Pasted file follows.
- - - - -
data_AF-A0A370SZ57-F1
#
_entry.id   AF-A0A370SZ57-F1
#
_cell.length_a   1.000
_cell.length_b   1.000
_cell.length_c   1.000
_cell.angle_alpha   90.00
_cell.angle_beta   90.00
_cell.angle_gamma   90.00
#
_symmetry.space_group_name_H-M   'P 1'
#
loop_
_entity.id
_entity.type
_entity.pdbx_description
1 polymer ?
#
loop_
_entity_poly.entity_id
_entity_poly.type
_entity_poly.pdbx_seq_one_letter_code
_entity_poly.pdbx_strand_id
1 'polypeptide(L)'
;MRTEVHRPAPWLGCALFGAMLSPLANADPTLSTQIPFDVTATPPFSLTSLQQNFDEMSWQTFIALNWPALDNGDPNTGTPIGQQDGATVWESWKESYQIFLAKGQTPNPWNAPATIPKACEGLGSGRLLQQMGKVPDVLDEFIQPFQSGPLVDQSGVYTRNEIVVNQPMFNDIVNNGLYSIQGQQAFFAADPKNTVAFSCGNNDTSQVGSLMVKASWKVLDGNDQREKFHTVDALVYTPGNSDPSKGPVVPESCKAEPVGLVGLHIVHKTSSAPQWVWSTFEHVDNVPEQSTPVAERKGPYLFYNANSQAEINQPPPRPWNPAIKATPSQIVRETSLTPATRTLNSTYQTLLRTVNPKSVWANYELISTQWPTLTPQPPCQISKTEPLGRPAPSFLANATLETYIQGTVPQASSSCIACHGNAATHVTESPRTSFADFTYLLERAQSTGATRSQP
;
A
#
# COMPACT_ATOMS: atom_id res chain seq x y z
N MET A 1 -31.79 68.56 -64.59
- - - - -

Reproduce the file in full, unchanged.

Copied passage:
data_AF-A0A370SZ57-F1
#
_entry.id   AF-A0A370SZ57-F1
#
_cell.length_a   1.000
_cell.length_b   1.000
_cell.length_c   1.000
_cell.angle_alpha   90.00
_cell.angle_beta   90.00
_cell.angle_gamma   90.00
#
_symmetry.space_group_name_H-M   'P 1'
#
loop_
_entity.id
_entity.type
_entity.pdbx_description
1 polymer ?
#
loop_
_entity_poly.entity_id
_entity_poly.type
_entity_poly.pdbx_seq_one_letter_code
_entity_poly.pdbx_strand_id
1 'polypeptide(L)'
;MRTEVHRPAPWLGCALFGAMLSPLANADPTLSTQIPFDVTATPPFSLTSLQQNFDEMSWQTFIALNWPALDNGDPNTGTPIGQQDGATVWESWKESYQIFLAKGQTPNPWNAPATIPKACEGLGSGRLLQQMGKVPDVLDEFIQPFQSGPLVDQSGVYTRNEIVVNQPMFNDIVNNGLYSIQGQQAFFAADPKNTVAFSCGNNDTSQVGSLMVKASWKVLDGNDQREKFHTVDALVYTPGNSDPSKGPVVPESCKAEPVGLVGLHIVHKTSSAPQWVWSTFEHVDNVPEQSTPVAERKGPYLFYNANSQAEINQPPPRPWNPAIKATPSQIVRETSLTPATRTLNSTYQTLLRTVNPKSVWANYELISTQWPTLTPQPPCQISKTEPLGRPAPSFLANATLETYIQGTVPQASSSCIACHGNAATHVTESPRTSFADFTYLLERAQSTGATRSQP
;
A
#
# COMPACT_ATOMS: atom_id res chain seq x y z
N MET A 1 -31.79 68.56 -64.59